The Impact of Casinos on Fatal Alcohol-Related Traffic Accidents in the United States

This is a 2010 study from The Journal of Health Economics which investigates the impact of casinos on alcohol-related automobile accidents. Gamblers often drink excessive alcohol while gambling and casinos often provide free alcohol to problem gamblers. The results of the study indicate that there is a strong link between the presence of a casino in a county and the number of alcohol-related fatal traffic accidents. The Impact of Casinos on Fatal Alcohol-Related Traffic Accidents

Gamblers Stealing Millions to Feed Habit

A private investigative report in Australia found that millions of dollars were being stolen because of the rising numbers of problem gamblers in the country. This includes $13 million of stolen money lost in slot machines or "pokies." Sydney Morning Herald - Gamblers Stealing Millions to Feed Habit

Predatory Gambling and Fraud in Australia

This 2009 Australian report from KPMG (one of the world's largest accounting firms) finds that gambling was the most common motivator of fraud with an average value of $1.1 million per incident. KPMG Fraud Survey 2008

Australia’s Dirty Laundry Business

Professional money launderers have turned poker machines in Australia's hotels, clubs and pubs into a profitable source. Hotel industry sources have estimated that $2 billion is laundered annually in Australia. Money Laundering is Profitable with Australia's Poker Machines

Money Laundering in Las Vegas

Despite stricter sanctions that have eliminated some of the criminal activities in Las Vegas, money laundering still persists. According to one IRS agent in Las Vegas: "In a currency intensive industry it’s virtually impossible to eliminate entry points for money laundering. We work hand-in-hand with the casinos." Money Laundering Still on Rinse Cycle in Las Vegas Casinos

Treasury Report on Money Laundering

This 2005 Treasury Report reveals how casinos are used by criminals to launder counterfeit money and large currency notes. "A constant threat at casinos is insiders taking advantage of their position either to steal or assist others with money laundering. ICE recently charged six people, including a tribal leader, with attempting to steal $900,000 from a Native American casino. Among the charges are conspiracy, theft, and money laundering." 2005 Treasury Report on Money Laundering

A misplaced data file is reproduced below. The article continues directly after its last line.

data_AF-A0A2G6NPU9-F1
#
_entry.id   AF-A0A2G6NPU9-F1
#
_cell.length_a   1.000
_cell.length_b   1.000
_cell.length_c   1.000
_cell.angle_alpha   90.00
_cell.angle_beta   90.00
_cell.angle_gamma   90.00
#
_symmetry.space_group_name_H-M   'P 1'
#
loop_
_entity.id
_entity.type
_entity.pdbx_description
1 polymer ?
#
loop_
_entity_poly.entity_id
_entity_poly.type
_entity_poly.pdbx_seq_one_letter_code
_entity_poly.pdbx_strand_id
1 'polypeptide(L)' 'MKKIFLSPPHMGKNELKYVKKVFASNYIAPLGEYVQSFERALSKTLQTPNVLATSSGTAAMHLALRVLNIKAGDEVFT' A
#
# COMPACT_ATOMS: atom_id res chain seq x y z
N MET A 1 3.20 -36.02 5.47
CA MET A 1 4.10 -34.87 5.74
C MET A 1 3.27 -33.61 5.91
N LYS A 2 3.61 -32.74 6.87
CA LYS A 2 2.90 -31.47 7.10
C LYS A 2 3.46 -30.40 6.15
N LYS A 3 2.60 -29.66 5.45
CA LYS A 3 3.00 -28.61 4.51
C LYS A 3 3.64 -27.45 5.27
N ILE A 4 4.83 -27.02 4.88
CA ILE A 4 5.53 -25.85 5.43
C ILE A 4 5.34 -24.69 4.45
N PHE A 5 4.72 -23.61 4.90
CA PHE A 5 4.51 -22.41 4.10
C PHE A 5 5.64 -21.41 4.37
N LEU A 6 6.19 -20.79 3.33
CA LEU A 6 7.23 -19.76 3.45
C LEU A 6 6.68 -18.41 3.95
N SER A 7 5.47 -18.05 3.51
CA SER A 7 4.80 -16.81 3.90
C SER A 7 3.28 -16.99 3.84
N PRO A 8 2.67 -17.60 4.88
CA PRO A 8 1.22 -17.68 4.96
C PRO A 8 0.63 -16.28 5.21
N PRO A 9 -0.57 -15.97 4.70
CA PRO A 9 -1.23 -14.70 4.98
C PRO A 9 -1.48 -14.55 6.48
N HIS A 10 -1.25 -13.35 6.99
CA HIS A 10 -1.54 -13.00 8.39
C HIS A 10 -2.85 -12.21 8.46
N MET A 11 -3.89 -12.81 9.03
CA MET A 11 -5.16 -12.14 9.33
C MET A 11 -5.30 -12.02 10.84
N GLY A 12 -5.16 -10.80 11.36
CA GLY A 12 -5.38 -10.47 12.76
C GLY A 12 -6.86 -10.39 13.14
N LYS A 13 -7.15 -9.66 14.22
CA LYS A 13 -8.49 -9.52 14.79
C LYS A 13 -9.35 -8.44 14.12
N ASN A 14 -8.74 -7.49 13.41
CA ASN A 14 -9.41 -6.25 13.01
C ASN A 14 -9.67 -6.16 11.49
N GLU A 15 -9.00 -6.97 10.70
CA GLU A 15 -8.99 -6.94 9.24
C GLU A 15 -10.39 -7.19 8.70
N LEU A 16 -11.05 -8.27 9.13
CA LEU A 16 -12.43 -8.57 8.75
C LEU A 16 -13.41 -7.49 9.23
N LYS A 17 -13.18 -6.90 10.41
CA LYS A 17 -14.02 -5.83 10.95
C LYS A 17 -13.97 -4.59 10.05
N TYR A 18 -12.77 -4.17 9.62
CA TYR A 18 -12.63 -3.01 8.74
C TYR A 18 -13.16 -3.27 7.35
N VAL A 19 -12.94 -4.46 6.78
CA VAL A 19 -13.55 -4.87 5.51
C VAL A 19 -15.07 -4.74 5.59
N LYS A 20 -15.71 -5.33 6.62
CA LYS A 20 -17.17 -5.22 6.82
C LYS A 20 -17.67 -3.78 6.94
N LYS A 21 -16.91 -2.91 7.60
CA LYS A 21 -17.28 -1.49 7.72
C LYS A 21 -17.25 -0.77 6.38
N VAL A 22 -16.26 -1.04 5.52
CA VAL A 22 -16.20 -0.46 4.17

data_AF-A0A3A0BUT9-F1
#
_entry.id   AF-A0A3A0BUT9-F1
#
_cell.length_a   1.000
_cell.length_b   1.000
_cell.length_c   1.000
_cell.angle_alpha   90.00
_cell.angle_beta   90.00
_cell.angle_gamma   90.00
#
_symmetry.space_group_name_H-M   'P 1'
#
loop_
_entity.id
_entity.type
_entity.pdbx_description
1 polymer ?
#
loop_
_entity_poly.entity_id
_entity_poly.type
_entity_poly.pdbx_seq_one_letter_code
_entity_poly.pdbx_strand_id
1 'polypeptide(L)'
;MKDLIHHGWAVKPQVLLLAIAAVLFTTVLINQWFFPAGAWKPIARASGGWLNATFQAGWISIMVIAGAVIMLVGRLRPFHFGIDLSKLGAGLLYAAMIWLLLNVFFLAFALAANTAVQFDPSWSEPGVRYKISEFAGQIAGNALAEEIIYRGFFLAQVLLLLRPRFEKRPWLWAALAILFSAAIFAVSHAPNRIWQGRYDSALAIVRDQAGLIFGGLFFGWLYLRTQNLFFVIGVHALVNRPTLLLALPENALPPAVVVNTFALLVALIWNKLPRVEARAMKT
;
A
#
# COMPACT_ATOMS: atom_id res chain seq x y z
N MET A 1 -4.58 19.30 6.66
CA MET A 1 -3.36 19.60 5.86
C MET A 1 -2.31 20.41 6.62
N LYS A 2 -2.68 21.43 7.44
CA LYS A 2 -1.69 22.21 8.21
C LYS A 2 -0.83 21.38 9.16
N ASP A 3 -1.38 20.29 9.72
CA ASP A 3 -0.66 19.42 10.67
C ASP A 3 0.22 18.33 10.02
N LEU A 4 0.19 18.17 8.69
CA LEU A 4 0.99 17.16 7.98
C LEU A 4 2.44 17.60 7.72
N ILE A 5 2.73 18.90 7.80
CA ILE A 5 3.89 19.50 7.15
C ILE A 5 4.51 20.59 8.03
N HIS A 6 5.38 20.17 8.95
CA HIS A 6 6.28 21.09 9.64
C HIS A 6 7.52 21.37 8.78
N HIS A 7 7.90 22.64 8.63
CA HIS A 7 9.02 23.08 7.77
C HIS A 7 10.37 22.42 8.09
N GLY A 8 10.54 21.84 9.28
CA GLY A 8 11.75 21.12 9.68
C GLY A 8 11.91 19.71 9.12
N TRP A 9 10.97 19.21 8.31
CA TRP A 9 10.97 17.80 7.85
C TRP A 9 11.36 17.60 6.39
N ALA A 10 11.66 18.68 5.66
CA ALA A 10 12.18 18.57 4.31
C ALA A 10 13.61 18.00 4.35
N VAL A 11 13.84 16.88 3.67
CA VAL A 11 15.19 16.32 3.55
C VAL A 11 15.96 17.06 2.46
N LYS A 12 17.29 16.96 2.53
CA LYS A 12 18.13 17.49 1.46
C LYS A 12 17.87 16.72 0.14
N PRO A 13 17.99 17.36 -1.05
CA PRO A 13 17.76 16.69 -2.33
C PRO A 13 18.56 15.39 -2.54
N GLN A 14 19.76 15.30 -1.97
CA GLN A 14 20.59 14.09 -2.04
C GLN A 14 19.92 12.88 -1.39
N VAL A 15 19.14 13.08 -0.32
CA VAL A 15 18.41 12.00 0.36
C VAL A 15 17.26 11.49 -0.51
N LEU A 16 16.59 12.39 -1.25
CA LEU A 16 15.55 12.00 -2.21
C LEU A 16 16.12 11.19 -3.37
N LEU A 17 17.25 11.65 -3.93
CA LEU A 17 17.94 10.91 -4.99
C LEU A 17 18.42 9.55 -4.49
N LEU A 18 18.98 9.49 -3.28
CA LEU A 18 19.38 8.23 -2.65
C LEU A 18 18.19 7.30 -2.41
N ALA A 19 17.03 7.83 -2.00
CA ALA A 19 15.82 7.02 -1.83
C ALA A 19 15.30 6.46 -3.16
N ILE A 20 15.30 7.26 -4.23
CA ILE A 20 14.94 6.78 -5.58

Casinos Profit From Under-Reporting Money Laundering

A CBC News investigation revealed suspected money laundering at the B.C. province's casinos goes under-reported. "They say they're being as vigilant as they can, but the conflict of interest is there because these people are flashing the money and ultimately the casino makes money. In a further conflict, provincial governments are both the benefactors and the regulators of casinos." 2008 Suspected Money Laundering Going Under-Reported

Kefauver Committee, Gambling, and Organized Crime

In 1950 and 1951, Senator Estes Kefauver chaired the U.S. Senate's Special Committee to Investigate Organized Crime in Interstate Commerce and discovered vast corruption and crime rings involving gambling and narcotics throughout the United States. The committee became popularly known as the Kefauver Committee. Kefauver Committee Final Report

The Link Between Crime and Gambling Addiction

This June 2011 article from the Pittsburgh Tribune-Review explores the connection between gambling addiction and criminal activity. Because gamblers are allowed to lose such large sums of money in such a short period of time, some turn to stealing to help fuel their addiction and chase their losses. Generally, these are law-abiding citizens who would otherwise never commit crimes. Gambling Addiction Leads Many Down Criminal Road

The Johnson Act of 1951

In 1951, Congress enacted the Transportation of Gambling Devices Act. The Act, more commonly known as the Johnson Act, has been amended several times during the intervening years. Most notably, the Act makes it unlawful to knowingly transport a gambling device to a state where such a device is prohibited by law. Johnson Act

CASINOS AND FLORIDA: Crime and Prison Costs

This 2012 report authored by Richard Herring and David Beggs analyzes the inextricable link between casinos and crime in surrounding counties. Based on the introduction of casinos into Miami-Dade County, a conservative estimate projects a $3 billion dollar impact on just the state prison system over a 10-year period. 2012 Casinos and Crime in Florida Report